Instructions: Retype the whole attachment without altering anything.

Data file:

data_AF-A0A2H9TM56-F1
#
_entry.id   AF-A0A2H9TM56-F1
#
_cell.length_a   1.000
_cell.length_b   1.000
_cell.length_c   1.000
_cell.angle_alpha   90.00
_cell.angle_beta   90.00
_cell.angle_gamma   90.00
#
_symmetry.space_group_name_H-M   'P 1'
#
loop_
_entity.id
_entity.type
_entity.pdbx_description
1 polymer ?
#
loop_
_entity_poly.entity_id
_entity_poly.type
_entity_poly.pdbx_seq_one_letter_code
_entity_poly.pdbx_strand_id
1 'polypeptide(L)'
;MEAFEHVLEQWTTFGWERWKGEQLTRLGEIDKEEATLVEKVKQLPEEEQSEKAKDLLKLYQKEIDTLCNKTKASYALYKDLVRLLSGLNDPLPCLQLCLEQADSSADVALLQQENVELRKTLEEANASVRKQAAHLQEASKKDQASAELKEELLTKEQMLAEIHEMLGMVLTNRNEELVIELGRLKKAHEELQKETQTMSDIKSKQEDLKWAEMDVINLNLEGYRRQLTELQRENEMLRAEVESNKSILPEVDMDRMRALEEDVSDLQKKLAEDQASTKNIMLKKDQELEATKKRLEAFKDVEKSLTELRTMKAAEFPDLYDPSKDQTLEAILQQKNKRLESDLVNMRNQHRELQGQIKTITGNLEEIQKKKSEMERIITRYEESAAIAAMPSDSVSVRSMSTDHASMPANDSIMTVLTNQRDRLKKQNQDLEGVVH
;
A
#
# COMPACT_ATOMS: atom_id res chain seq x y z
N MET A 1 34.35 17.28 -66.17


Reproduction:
data_AF-A0A2H9TM56-F1
#
_entry.id   AF-A0A2H9TM56-F1
#
_cell.length_a   1.000
_cell.length_b   1.000
_cell.length_c   1.000
_cell.angle_alpha   90.00
_cell.angle_beta   90.00
_cell.angle_gamma   90.00
#
_symmetry.space_group_name_H-M   'P 1'
#
loop_
_entity.id
_entity.type
_entity.pdbx_description
1 polymer ?
#
loop_
_entity_poly.entity_id
_entity_poly.type
_entity_poly.pdbx_seq_one_letter_code
_entity_poly.pdbx_strand_id
1 'polypeptide(L)'
;MEAFEHVLEQWTTFGWERWKGEQLTRLGEIDKEEATLVEKVKQLPEEEQSEKAKDLLKLYQKEIDTLCNKTKASYALYKDLVRLLSGLNDPLPCLQLCLEQADSSADVALLQQENVELRKTLEEANASVRKQAAHLQEASKKDQASAELKEELLTKEQMLAEIHEMLGMVLTNRNEELVIELGRLKKAHEELQKETQTMSDIKSKQEDLKWAEMDVINLNLEGYRRQLTELQRENEMLRAEVESNKSILPEVDMDRMRALEEDVSDLQKKLAEDQASTKNIMLKKDQELEATKKRLEAFKDVEKSLTELRTMKAAEFPDLYDPSKDQTLEAILQQKNKRLESDLVNMRNQHRELQGQIKTITGNLEEIQKKKSEMERIITRYEESAAIAAMPSDSVSVRSMSTDHASMPANDSIMTVLTNQRDRLKKQNQDLEGVVH
;
A
#
# COMPACT_ATOMS: atom_id res chain seq x y z
N MET A 1 34.35 17.28 -66.17